Handbook of Neurolinguistics

Edited by

  • Harry Whitaker, Northern Michigan University, Marquette, USA
  • Brigitte Stemmer, Canada Research Chair in Neuroscience and Neuropragmatics, Université de Montréal, Canada

The Handbook of Neurolinguistics is a state-of-the-art reference and resource book; it describes current research and theory in the many subfields of neurolinguistics and its clinical application. Thorough and clearly written, the Handbook provides an excellent overview of the field of neurolinguistics and its development.The book is organized into five parts covering the history of neurolinguistics, methods in clinical and experimental neurolinguistics, experimental neurolinguistics, clinical neurolinguistics, and resources in neurolinguistics. The first four parts contain a wide range of topics which discuss all important aspects of the many subfields of neurolinguistics. Also included are the relatively new and fast developing areas of research in discourse, pragmatics, and recent neuroimaging techniques. The resources section provides currently available resources, both traditional and modern. The Handbook is useful to the newcomer to the field, as well as the expert searching for the latest developments in neurolinguistics.
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Researchers and clinicians in neuropsychology, neuro- and psycholinguistics. Libraries and hospitals.


Book information

  • Published: December 1997
  • ISBN: 978-0-12-666055-5


"...I highly recommend this volume both for beginners approaching neurolinguistics for the first time (it is easy to read, rich in details, but at the same time linear in its development) and for experienced scientists (it is a gold mine of historical, clinical experimental, and methodological information)."
--Reviewed by Claudio Luzzatti in BRAIN AND LANGUAGE

"The Handbook of Neurolinguistics and the whole field as represented here turned out to be (at least in most of the 47 articles) a valuable source of a mature field and of new information...The understanding of grammar in neuroscientific terms will be the most exciting adventure of neurolinguistics for future decades. This excellent book prepares us for that task."
--Niels Birbaumer in CONTEMPORARY PSYCHOLOGY, 1999, Vol. 44, No. 4
"...this systemic, clear and coprehensive handbook organized in 50 accurate and swift chapters dealing with the most 'classical' neurolinguistic topics and also with the most innovative ones... is all in all highly informative and at the same time pleasant to read, since all the authors (more than 70) have opted for a clear and simple style bereft of extreme, unneeded technicalities. As editors of this notable volume, Brigitte Stemmer and Hary A. Whitaker deserve recognition for having conceived and successfully completed a comprehensive, methodological work which also takes into consideration the most recent experimental, clinical and therapeutical methods appleid int he field of neurolinguistics."

Table of Contents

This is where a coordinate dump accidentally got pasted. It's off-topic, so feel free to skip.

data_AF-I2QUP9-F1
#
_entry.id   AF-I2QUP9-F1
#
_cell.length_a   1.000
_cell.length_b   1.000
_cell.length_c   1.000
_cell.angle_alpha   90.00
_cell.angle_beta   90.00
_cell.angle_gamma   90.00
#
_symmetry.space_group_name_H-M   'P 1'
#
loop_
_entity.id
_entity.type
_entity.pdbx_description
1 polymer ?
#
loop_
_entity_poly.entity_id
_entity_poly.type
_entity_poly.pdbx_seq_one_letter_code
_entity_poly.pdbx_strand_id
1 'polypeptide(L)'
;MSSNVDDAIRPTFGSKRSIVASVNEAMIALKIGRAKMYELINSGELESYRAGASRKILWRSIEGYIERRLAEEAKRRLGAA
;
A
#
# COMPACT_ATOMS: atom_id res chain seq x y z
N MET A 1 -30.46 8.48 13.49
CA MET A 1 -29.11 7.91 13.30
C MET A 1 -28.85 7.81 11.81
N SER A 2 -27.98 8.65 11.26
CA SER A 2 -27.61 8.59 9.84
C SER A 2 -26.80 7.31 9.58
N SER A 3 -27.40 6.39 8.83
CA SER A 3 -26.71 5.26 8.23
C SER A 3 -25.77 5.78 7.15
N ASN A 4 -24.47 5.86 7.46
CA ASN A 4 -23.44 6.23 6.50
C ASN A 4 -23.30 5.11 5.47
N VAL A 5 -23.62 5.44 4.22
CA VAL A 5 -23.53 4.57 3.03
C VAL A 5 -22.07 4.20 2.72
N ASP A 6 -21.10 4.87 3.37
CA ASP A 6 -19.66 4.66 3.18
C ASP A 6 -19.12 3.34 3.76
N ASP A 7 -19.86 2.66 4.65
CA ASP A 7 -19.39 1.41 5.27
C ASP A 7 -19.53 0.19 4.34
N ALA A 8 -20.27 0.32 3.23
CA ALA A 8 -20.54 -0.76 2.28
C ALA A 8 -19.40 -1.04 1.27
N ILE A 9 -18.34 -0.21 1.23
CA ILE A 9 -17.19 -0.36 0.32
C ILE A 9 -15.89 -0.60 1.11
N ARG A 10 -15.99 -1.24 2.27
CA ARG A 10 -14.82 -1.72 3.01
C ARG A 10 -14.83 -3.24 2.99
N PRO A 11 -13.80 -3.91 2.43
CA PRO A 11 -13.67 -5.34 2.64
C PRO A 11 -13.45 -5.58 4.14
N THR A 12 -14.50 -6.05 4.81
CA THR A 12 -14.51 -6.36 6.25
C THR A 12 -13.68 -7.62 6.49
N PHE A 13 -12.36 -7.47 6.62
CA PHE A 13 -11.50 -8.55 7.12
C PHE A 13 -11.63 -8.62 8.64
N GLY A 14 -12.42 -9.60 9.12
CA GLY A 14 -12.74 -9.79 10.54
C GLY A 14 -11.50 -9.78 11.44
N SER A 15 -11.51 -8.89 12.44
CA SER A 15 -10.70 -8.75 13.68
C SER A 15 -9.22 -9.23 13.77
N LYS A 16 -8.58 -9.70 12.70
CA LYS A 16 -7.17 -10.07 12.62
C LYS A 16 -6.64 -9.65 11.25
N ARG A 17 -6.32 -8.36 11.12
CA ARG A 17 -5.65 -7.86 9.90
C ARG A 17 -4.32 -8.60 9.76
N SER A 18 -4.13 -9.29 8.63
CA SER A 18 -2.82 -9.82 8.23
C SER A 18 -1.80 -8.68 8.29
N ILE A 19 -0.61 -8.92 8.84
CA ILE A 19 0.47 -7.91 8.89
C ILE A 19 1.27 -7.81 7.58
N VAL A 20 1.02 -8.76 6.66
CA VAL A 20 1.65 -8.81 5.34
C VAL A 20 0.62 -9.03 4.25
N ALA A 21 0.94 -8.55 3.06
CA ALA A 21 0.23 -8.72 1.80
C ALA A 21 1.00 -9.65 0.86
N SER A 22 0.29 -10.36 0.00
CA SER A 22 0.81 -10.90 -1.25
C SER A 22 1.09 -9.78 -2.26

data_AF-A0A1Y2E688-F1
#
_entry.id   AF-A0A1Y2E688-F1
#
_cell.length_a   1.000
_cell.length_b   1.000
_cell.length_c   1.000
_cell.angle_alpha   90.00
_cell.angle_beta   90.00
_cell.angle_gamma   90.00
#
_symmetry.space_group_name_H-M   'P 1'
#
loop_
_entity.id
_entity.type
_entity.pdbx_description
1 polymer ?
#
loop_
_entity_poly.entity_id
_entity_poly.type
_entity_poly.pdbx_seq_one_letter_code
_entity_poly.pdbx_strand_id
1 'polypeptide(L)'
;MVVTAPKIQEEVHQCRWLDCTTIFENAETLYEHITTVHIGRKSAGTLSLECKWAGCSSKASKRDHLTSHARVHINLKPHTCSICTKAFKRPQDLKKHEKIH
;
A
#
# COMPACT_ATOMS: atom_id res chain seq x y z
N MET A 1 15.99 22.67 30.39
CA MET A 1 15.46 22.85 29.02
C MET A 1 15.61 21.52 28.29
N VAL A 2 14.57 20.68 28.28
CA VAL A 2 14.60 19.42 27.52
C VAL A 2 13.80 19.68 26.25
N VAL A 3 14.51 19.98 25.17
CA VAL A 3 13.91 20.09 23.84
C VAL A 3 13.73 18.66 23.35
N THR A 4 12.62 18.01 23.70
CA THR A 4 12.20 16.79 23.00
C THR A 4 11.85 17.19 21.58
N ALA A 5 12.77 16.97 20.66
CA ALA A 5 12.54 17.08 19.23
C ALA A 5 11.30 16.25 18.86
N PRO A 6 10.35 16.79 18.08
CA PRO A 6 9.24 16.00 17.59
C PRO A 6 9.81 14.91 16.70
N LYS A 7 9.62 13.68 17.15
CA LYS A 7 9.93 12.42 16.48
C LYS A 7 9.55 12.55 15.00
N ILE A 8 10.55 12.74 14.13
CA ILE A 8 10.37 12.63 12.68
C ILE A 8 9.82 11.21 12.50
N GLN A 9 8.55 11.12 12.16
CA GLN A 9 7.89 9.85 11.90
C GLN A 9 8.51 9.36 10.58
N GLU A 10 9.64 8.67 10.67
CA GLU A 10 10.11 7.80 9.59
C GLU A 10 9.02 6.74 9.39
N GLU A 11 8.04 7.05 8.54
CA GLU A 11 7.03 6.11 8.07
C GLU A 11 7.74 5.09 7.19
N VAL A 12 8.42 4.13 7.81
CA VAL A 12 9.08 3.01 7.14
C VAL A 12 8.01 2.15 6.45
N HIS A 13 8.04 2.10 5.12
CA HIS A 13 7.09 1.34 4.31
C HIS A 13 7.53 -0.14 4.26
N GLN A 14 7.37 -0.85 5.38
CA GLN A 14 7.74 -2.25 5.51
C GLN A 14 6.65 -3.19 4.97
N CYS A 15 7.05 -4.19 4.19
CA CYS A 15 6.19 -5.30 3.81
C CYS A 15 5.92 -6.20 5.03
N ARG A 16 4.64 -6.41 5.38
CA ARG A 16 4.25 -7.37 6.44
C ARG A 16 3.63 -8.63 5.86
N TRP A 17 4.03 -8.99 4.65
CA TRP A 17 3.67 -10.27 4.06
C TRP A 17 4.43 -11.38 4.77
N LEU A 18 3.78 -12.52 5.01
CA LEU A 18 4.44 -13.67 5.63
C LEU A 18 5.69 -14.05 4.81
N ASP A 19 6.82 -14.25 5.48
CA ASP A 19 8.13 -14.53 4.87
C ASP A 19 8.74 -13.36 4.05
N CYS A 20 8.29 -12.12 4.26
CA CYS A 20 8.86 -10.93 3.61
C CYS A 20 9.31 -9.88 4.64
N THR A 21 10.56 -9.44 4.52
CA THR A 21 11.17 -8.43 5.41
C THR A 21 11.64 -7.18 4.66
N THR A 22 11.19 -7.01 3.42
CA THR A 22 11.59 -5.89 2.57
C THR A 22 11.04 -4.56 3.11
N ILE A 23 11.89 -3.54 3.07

Prologue:G. Gainotti, Category-Specific Disorders for Nouns and Verbs: A Very Old and Very New Problem. H. Goodglass, Advances in Neurolinguistic Research. A.R. Lecours and M. Simard, Cerebral Substrate of Language: Ontogenesis, Senescence, Aphasia, and Recoveries.History of Neurolinguistics:H.A. Whitaker, Neurolinguistics from the Middle Ages to the Pre-Modern Era: Historical Vignettes.Clinical and Experimental Methods in Neurolinguistics:K. Willmes, Methodological and Statistical Considerations in Cognitive Neurolinguistics. J. Neils-Strunjas, Clinical Assessment Strategies: Evaluation of Language Comprehension and Production by Formal Test Batteries. C. Westbury, Research Strategies: Psychological and Psycholinguistic Methods in Neurolinguistics. S.J. Segalowitz and H. Chevalier, Event-Related Potential (ERP) Research in Neurolinguistics: Part I: Techniques and Applications to Lexical Access. S.J. Segalowitz and H. Chevalier, Event-Related Potential (ERP) Research in Neurolinguistics: Part II: Language Processing and Acquisition. H.A. Whitaker, Electrical Stimulation Mapping of Language Cortex. J-F. Demonet, Tomographic Brain Imaging of Language Functions: Prospects for a New Brain/Language Model. A.C. Papanicolaou, P.G. Simos, and L.F.H. Basile, Applications of Magnetoencephalography to Neurolinguistic Research. P. Luu and D.M. Tucker, Vertical Integration of Neurolinguistic Mechanisms. N.F. Dronkers and C.A. Ludy, Brain Lesion Analysis in Clinical Research. J.A. Fields and A.I. Troster, The Sodium Amytal (Wada) Test: Procedural and Interpretative Considerations.Experimental Neurolinguistics:A. Levels of Language Representation and Processing: Linguistic and Psychological Aspects: J.T. Gandour, Phonetics and Phonology. G. Jarema, The Breakdown of Morphology in Aphasia: A Cross-Language Perspective. P. Hagoort, The Shadows of Lexical Meaning in Patients with Semantic Impairments. H. Kolk, Disorders of Syntax in Aphasia: Linguistic-Descriptive and Processing Approaches. Y. Chantraine, Y. Joanette, and D. Cardebat, Impairments of Discourse-Level Representations and Processes. Z. Eviatar, Attention as a Psychological Entity and Its Effects on Language and Communication. M. Van der Linden and M. Poncelet, The Role of Working Memory in Language and Communication Disorders. D. Van Lancker and N.A. Pachana, The Influence of Emotion on Language and Communication Disorders. D. Corina, The Processing of Sign Language: Evidence from Aphasia. S. Dehaene and L. Cohen, Levels of Representation in Number Processing. A.E. Harris and S.L. Small, Computational Models of Normal and Impaired Language in the Brain. B. Lateralization of Language and communication:M. Hiscock, Brain Lateralization across the Life Span. E. Zaidel, Language in the Right Hemisphere Following Callosal Disconnection. M. Kinsbourne, The Right Hemisphere and Recovery from Aphasia. F. Aboitiz and A. Ide, Anatomical Asymmetries in Language-Related Cortex and Their Relation to Callosal Function. J.B. Hellige, Unity of Language and Communication: Interhemispheric Interaction in the Lateralized Brain.Part IV: Clinical Neurolinguistics:A. Language and Communication in Special Populations and in Various Disease ProcessesM. Paradis, Language and Communication in Multilinguals. B. Crosson and S.E. Nadeau, The Role of Subcortical Structures in Linguistic Processes: Recent Developments. M.M. Cherrier, M.F. Mendez, J.L. Cummings, and D.F. Benson, Language and Communication in Non-Alzheimer's Dementias. P. Caramelli, L.L. Mansur, and R. Nitrini, Language and Communication Disorders in Dementia of the Alzheimer Type. H. Cohen, Language Impairment in Parkinson's Disease. S. McDonald, Communication and Language Disturbances Following Traumatic Brain Injury. J.I. Tracy, Language Abnormalities in Psychosis: Evidence for the Interaction between Cognitive and Linguistic Mechanisms. B. Language and Communication in Developmental Disorders:G. Denes, Landau-Kleffner Syndrome: Clinical and Linguistic Aspects. S. Sarkari, A.A. Tan, and D.L. Molfese, The Development of Language in Some Neurological Diseases. F. Happe, Language and Communication Disorders in Autism and Asperger's Syndrome. C. Recovery from and Rehabilitation of Language and Communication Disorders:S.F. Cappa, Spontaneous Recovery from Aphasia. L. Blomert, Recovery from Language Disorders: Interactions between Brain and Rehabilitation. N. Martin, Recovery and Treatment of Acquired Reading and Spelling Disorders. P.H.K. Seymour, Neurolinguistic Issues in the Treatment of Childhood Literacy Disorders. V.M. Roth and R.C. Katz, The Role of Computers in Aphasia Rehabilitation.Resources in Clinical and Experimental Neurolinguistics and Related Fields:B. MacWhinney, Computational Transcript Analysis and Language Disorders. B. Stemmer and B. Gahl, Neurolinguistic and Related Assessment and Rehabilitation Software: A Listing. B. Stemmer and S. Lacher, Neurolinguistic and Related Journal and Book Resources: A Listing. B. Stemmer and M. Hild, Neurolinguistic and Related Resources on the Internet: A Listing.References.Index.